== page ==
How to Deal with Intermittent Bugs

The intermittent bug is a cousin of the 50-foot-invisible-scorpion-from-outer-space kind of bug. This nightmare occurs so rarely that it is hard to observe, yet often enough that it can't be ignored. You can't debug because you can't find it.

Although after 8 hours you will start to doubt it, the intermittent bug has to obey the same laws of logic everything else does. What makes it hard is that it occurs only under unknown conditions. Try to record the circumstances under which the bug does occur, so that you can guess what the variability really is. The condition may be related to data values, such as ‘This only happens when we enter Wyoming as a value.’ If that is not the source of variability, the next suspect should be improperly synchronized concurrency.

Try, try, try to reproduce the bug in a controlled way. If you can't reproduce it, set a trap for it by building a logging system, a special one if you have to, that can log what you guess you need when it really does occur. Resign yourself to that if the bug only occurs in production and not at your whim, this may be a long process. The hints that you get from the log may not provide the solution but may give you enough information to improve the logging. The improved logging system may take a long time to be put into production. Then, you have to wait for the bug to reoccur to get more information. This cycle can go on for some time.

The stupidest intermittent bug I ever created was in a multi-threaded implementation of a functional programming language for a class project. I had very carefully ensured correct concurrent evaluation of the functional program, good utilization of all the CPUs available (eight, in this case). I simply forgot to synchronize the garbage collector. The system could run a long time, often finishing whatever task I began, before anything noticeable went wrong. I'm ashamed to admit I had begun to question the hardware before my mistake dawned on me.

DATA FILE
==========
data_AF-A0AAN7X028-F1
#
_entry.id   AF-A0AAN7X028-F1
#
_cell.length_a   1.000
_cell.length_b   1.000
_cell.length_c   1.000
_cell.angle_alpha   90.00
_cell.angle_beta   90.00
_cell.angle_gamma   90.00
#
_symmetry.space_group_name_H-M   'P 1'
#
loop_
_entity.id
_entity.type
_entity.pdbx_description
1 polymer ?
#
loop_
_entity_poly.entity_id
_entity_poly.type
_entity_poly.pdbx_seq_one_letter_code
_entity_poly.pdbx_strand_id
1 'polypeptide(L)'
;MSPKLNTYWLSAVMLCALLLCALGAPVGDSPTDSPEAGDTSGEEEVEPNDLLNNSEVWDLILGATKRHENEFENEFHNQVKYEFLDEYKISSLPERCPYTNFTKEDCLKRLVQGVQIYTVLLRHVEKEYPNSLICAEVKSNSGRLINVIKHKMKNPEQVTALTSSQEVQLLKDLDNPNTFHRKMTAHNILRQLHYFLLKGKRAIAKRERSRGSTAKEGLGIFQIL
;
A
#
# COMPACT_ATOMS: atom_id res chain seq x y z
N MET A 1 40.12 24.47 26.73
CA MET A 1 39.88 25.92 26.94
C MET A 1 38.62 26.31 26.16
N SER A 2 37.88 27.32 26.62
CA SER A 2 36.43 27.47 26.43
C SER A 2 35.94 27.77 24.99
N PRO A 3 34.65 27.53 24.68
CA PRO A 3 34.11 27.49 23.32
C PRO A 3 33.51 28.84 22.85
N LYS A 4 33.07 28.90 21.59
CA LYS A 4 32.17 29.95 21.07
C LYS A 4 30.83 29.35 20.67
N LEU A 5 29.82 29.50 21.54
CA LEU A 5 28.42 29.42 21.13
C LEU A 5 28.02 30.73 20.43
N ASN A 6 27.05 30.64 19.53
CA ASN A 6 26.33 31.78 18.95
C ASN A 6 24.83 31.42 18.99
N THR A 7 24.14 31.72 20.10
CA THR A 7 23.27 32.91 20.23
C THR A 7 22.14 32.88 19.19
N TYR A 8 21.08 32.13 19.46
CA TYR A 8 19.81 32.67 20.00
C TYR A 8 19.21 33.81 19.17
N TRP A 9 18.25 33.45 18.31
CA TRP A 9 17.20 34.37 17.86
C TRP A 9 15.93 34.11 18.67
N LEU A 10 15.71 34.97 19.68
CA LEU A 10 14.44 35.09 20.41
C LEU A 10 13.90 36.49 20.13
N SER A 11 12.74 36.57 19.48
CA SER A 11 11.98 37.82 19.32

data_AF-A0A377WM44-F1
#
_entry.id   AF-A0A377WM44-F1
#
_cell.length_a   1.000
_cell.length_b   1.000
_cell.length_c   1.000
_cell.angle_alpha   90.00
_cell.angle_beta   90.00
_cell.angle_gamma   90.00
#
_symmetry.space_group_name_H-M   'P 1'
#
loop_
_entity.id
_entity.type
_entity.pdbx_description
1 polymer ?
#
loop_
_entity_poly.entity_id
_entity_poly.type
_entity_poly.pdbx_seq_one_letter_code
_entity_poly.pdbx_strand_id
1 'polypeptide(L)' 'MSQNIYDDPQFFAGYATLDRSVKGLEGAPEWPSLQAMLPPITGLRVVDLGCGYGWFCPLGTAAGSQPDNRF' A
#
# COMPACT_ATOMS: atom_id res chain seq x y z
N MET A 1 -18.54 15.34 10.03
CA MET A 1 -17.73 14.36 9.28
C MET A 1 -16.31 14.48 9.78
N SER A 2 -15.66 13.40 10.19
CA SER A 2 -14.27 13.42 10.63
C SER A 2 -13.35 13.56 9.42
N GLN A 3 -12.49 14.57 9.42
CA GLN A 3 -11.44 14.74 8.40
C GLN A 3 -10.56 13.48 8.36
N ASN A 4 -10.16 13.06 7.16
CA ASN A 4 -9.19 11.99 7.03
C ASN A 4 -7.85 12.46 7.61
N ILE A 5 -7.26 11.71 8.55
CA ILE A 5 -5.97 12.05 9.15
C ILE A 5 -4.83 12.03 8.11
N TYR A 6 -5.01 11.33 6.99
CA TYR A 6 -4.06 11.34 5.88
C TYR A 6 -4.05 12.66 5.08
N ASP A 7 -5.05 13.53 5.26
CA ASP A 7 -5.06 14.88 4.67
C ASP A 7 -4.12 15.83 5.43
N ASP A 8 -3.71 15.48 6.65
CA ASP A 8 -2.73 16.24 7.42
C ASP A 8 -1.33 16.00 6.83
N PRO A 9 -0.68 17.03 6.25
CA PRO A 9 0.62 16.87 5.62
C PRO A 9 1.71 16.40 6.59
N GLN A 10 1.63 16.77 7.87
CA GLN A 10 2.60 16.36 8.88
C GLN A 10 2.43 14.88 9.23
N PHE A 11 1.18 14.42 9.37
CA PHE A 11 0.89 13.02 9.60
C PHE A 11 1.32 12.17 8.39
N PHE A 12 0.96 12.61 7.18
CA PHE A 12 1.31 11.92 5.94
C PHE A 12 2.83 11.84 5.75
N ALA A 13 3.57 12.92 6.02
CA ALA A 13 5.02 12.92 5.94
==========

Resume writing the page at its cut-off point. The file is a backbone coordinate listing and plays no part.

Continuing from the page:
At work we recently had an intermittent bug that took us several weeks to find. We have multi-threaded application servers in Java™ behind Apache™ web servers. To maintain fast page turns, we do all I/O in small set of four separate threads that are different than the page-turning threads. Every once in a while these would apparently get ‘stuck’ and cease doing anything useful, so far as our logging allowed us to tell, for hours. Since we had four threads, this was not in itself a giant problem - unless all four got stuck. Then the queues emptied by these threads would quickly fill up all available memory and crash our server. It took us about a week to figure this much out, and we still didn't know what caused it, when it would happen, or even what the threads where doing when they got ‘stuck’.

This illustrates some risk associated with third-party software. We were using a licensed piece of code that removed HTML tags from text. Although we had the source code (thank goodness!) we had not studied it carefully until by turning up the logging on our servers we finally realized that the email threads were getting stuck in this problematic licensed code.

The program performed well except on some long and unusual kinds of texts. On these texts, the code was quadratic or worse. This means that the processing time was proportional to the square of the length of the text. Had these texts occurred commonly, we would have found the bug right away. If they had never occurred at all, we would never have had a problem. As it happens, it took us weeks to finally understand and resolve the problem.

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